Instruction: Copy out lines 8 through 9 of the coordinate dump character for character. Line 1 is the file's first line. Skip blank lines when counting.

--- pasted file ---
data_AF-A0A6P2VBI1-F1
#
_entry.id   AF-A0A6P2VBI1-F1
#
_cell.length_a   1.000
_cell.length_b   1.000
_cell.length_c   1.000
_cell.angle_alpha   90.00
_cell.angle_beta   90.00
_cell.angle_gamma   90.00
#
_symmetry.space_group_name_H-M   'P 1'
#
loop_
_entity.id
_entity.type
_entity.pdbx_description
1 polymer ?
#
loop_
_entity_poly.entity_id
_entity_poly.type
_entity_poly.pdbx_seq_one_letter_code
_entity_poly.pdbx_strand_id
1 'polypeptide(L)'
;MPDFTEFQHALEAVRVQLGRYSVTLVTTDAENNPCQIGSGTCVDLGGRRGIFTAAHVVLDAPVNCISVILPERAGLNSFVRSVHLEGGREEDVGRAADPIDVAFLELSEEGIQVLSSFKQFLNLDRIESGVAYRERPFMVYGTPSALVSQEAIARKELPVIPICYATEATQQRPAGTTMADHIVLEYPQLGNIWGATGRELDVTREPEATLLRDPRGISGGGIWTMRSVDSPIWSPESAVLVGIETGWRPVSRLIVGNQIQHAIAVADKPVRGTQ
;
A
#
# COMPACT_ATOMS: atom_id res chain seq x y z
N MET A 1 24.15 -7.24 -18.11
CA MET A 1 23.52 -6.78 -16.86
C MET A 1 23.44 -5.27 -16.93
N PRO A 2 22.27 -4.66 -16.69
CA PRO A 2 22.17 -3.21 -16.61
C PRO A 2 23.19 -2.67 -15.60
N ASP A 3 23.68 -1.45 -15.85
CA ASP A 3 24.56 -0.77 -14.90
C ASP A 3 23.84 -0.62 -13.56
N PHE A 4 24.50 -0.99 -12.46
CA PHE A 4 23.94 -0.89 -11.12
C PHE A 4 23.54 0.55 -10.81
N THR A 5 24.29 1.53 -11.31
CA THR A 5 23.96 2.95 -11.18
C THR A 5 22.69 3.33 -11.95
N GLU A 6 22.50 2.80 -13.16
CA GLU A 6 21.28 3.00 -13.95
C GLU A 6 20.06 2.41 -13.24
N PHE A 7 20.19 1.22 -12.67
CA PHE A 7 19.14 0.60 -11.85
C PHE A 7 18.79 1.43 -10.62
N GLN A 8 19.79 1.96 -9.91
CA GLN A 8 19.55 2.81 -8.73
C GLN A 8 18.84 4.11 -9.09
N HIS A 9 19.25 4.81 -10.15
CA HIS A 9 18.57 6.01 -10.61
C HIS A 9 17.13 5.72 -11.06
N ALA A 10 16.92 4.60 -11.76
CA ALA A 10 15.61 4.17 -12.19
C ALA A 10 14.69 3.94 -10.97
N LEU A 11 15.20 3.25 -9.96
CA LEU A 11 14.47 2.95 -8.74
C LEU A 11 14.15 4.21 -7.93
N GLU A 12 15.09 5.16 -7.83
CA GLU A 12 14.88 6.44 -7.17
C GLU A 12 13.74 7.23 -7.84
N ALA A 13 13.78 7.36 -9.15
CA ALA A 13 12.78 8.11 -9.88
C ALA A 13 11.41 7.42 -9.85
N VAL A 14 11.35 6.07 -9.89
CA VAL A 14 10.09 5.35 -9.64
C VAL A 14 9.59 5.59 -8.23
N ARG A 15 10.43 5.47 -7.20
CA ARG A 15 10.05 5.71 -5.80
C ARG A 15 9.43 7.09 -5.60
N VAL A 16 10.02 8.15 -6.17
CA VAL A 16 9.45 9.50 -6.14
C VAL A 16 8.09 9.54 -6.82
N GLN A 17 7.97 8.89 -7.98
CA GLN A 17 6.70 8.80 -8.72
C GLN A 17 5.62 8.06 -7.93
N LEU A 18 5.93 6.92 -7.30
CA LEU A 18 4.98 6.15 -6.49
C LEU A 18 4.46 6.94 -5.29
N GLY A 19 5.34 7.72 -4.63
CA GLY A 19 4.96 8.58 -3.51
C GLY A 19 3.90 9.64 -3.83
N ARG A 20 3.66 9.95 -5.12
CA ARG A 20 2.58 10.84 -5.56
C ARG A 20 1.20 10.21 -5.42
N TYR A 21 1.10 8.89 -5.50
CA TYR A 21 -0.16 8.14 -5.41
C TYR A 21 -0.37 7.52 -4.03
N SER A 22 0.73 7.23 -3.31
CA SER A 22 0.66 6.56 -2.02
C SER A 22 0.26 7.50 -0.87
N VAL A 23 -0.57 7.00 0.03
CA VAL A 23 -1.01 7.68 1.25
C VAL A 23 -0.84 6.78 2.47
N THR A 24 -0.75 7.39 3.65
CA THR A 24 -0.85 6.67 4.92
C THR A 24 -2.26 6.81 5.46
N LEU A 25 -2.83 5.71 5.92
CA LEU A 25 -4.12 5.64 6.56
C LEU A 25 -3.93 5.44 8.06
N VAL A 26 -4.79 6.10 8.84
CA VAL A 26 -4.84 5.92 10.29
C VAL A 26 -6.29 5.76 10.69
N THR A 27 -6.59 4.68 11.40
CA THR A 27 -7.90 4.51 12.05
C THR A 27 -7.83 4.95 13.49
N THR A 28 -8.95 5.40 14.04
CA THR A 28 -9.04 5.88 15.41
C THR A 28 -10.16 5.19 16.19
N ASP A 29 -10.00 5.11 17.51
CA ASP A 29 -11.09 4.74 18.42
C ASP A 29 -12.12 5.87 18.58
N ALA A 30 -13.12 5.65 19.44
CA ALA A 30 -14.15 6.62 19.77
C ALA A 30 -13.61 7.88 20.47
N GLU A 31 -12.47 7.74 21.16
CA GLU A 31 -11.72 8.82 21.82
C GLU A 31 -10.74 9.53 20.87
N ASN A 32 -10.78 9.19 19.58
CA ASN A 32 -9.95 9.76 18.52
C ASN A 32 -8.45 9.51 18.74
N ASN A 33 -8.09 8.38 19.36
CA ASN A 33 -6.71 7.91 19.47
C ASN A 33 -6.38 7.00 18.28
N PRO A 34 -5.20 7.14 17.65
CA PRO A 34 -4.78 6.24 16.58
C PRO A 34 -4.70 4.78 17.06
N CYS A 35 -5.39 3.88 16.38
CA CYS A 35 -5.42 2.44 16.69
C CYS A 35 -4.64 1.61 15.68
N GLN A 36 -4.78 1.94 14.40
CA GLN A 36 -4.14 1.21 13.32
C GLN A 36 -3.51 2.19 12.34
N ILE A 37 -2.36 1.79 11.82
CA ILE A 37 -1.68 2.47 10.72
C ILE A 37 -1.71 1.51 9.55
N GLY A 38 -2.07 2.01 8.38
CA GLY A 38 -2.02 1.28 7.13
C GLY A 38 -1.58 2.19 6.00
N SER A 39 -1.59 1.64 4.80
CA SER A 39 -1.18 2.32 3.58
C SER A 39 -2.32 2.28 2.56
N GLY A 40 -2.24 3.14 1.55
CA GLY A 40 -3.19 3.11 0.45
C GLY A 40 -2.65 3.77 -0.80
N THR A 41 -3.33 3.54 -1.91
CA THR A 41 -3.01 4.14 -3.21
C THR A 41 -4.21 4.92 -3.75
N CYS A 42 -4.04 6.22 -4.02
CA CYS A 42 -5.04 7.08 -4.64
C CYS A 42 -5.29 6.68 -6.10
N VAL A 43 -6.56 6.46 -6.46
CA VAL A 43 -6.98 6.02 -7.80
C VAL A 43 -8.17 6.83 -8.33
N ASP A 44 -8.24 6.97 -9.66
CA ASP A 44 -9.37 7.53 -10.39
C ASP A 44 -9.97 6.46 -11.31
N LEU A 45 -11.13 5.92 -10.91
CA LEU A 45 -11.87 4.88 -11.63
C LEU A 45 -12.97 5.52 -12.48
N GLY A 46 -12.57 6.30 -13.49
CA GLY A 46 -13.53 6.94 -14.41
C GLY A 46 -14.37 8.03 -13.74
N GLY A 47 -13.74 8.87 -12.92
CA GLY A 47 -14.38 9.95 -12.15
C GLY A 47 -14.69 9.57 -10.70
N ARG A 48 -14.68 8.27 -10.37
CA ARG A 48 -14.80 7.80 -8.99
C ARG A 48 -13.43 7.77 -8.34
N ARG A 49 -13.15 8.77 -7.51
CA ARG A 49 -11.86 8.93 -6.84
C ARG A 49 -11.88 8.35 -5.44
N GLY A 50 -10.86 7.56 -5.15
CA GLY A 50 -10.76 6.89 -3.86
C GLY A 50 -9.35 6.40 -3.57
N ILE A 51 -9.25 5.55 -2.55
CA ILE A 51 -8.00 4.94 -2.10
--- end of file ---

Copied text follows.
_cell.angle_alpha   90.00
_cell.angle_beta   90.00